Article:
[ JBEM Index / Volume 4 / Number 1 ]

Book Review:

If We Can Keep a Severed Head Alive … Discorporation and U.S. Patent 4,666,425

I expected this book to be sensational and superficial. It is, however, quite substantive and provocative. Chet Heming is a “polinym”, a public name to “retain some degree of privacy” The author is not a Christian but believes that “religious” leaders should be consulted to ethical answers for this bizarre technology.

For more than a decade the author has been on a sort of “quest” about the matter of “discorporation”, the technical name for keeping a severed head “alive”. This quest “partly” caused him to go into patent law, specializing in biotechnology. For five years he studied “as much as I could” about biochemistry and medical technology. He has even applied for and been granted a patent (#4,666,425) from the U.S. Patent and Trademark Office, entitled, “Device for Perfusing an Animal Head”. This patent gives him the right to “stop or slow down discorporation research in America unless any researchers agree to follow certain safeguards…”

This man is serious! He has a concern about which he has taken steps to allow ethical discussion before the technology is actually successful.

Chapters 1 – 3 review the actual research that has been done in this area. Most research was done in the 1960’s with little being done since. Readers may be surprised to find, however, the degree of success that was achieved and that makes discorporation less than a scientific fantasy.

Chapters 4 – 7 discuss the legal issues and is an interesting discussion of patent law and the legislation necessary to govern such research.

Chapters 8 – 9 discuss what the technical possibilities are, what life would be like as a severed head, who might get the operation, and how society might be affected.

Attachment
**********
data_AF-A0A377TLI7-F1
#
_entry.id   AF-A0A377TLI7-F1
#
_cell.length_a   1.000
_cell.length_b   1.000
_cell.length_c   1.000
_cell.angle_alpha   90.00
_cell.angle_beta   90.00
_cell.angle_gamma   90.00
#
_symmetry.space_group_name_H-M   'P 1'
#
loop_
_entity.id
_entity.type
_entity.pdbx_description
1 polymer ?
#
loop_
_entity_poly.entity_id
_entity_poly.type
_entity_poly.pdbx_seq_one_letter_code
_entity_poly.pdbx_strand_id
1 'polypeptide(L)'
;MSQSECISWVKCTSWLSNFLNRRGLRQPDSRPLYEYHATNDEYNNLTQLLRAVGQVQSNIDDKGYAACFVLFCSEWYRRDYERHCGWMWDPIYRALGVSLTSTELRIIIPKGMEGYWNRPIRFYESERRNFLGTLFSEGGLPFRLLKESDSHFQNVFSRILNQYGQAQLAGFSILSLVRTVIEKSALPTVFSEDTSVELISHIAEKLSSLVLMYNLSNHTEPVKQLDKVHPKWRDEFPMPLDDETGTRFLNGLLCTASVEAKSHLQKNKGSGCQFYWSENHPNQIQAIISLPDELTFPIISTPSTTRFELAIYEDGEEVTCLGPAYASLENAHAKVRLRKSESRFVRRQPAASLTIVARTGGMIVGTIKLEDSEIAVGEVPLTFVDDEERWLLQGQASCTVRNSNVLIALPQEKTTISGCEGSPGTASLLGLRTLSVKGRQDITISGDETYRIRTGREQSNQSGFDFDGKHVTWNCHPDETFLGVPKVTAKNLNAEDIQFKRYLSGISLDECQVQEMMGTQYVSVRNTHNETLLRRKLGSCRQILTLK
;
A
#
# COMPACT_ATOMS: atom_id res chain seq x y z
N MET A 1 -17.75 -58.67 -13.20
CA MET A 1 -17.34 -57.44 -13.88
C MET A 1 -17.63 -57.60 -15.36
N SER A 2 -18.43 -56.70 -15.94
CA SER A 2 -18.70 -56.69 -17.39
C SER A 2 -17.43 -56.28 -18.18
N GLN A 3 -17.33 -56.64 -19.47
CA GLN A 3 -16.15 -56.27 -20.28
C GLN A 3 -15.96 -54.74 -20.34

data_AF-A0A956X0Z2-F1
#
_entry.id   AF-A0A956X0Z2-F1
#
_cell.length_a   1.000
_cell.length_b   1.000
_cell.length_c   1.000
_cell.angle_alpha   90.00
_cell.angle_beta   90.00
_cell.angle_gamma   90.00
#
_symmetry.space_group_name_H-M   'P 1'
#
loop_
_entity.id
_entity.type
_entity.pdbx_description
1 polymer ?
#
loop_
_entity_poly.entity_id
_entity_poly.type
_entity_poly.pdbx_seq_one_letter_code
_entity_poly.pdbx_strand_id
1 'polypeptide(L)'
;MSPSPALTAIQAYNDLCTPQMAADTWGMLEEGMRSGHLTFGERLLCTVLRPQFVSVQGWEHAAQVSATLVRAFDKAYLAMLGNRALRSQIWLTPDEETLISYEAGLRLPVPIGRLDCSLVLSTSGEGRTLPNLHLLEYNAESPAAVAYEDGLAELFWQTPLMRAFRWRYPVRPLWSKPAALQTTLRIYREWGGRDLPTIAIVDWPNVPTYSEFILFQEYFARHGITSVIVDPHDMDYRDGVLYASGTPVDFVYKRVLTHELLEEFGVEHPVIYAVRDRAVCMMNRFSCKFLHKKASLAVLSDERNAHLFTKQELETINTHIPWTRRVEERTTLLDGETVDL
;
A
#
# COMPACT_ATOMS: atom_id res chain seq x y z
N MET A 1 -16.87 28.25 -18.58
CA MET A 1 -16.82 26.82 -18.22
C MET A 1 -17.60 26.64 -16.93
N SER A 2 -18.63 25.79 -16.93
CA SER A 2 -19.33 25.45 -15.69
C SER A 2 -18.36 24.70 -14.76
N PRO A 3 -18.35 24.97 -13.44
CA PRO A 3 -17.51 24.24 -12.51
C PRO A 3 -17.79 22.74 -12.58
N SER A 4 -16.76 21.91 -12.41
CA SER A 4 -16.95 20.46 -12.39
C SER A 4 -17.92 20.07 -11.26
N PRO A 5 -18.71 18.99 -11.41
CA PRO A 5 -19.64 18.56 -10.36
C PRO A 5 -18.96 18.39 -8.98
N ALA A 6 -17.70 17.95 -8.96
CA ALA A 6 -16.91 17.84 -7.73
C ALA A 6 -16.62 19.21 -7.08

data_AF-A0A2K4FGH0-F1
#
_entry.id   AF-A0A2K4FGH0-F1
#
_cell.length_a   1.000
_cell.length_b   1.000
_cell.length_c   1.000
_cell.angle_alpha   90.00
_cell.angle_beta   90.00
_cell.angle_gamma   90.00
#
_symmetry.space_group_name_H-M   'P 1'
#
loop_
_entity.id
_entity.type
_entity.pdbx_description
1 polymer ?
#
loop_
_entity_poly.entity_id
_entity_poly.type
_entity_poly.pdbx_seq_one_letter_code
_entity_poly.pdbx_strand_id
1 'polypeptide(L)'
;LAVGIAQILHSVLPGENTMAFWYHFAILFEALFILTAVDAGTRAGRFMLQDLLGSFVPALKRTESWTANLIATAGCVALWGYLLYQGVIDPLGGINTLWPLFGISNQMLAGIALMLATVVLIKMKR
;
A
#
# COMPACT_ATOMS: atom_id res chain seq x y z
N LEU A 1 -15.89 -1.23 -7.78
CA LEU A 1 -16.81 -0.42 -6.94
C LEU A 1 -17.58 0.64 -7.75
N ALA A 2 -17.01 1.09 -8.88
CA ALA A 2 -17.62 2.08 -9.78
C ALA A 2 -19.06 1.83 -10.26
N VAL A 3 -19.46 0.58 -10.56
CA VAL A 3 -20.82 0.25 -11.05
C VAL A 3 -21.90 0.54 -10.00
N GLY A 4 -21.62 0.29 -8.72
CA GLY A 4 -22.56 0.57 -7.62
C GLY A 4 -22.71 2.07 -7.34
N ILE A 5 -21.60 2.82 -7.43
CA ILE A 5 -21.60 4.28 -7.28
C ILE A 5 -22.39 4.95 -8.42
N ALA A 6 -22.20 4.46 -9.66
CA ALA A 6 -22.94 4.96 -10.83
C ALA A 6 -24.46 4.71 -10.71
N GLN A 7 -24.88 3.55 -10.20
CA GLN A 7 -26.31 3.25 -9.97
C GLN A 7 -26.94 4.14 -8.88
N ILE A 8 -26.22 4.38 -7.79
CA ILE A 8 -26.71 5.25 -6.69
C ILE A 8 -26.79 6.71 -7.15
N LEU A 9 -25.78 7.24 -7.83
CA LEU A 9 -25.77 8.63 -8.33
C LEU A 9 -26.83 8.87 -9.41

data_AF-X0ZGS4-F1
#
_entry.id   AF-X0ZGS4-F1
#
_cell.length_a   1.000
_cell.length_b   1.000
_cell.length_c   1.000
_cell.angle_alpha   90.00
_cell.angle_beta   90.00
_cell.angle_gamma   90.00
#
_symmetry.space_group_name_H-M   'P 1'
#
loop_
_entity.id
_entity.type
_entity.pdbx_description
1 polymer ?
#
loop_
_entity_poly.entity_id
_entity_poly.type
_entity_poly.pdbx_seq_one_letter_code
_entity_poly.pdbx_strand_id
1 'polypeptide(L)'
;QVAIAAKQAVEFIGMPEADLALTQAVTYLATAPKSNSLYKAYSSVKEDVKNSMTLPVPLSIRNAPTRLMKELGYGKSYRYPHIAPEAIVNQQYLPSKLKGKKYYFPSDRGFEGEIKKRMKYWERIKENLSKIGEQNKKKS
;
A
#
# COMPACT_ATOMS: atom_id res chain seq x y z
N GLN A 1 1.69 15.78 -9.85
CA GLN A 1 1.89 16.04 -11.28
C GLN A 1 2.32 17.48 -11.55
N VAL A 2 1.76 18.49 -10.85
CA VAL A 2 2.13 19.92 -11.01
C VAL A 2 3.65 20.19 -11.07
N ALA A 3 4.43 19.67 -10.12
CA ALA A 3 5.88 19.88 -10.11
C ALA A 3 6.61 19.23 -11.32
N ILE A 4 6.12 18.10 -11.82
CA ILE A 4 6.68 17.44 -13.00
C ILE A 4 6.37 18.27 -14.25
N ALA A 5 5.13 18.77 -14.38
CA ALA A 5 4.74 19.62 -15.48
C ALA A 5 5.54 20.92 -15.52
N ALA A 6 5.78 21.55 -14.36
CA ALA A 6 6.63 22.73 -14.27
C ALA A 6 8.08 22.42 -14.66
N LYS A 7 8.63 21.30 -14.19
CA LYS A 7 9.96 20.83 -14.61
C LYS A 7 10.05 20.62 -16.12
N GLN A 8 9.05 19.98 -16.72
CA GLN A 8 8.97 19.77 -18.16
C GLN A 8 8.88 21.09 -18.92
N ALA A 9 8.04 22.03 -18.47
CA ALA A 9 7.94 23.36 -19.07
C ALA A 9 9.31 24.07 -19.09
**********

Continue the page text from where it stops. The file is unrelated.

Chapters 10 – 11 discuss “Religious issues.” The author’s attempt in this area is a breath of fresh air for ethical discussions by non-Christians.

“Instead of trying to ignore or belittle their input, scientists should welcome them (religious leaders) to the discussion and treat them with respect, with the hope that they will contribute instead of disrupting the debate.”

While he is limited in his accuracy of Biblical knowledge because he is not a believer, he makes a detailed and honest attempt to apply Judeo-Christian ethics to discorporation. On the one hand some criticisms that he makes of some Christian positions are all too accurate and humbling. On the other hand his religious answers lack the Biblical depth and specificity that is both needed and possible.

Chapters 12 -16 discuss various technological and ethical issues.

The book is some 500 pages long, considerably more than one would expect to be devoted to a narrow topic. Part of its length is due to some redundancy of various subjects and issues. At times his detail is too extensive, causing tiresome reading.

Overall, it is a book that I recommend. The author has a style that is interesting and stimulating. He is honest about his concerns and is obviously committed to play whatever role that he can to bring attention to this issue. He is a wise man from whom others can profit in many areas. For example, he discusses how to deal with the press, a subject that many Christians in the spotlight should learn (p. 118). His work provides virtually everything a Christian ethicist would need as background to bring Biblical principles to bear on this grotesque possibility of modem science.

[ JBEM Index / Volume 4 / Number 1 ]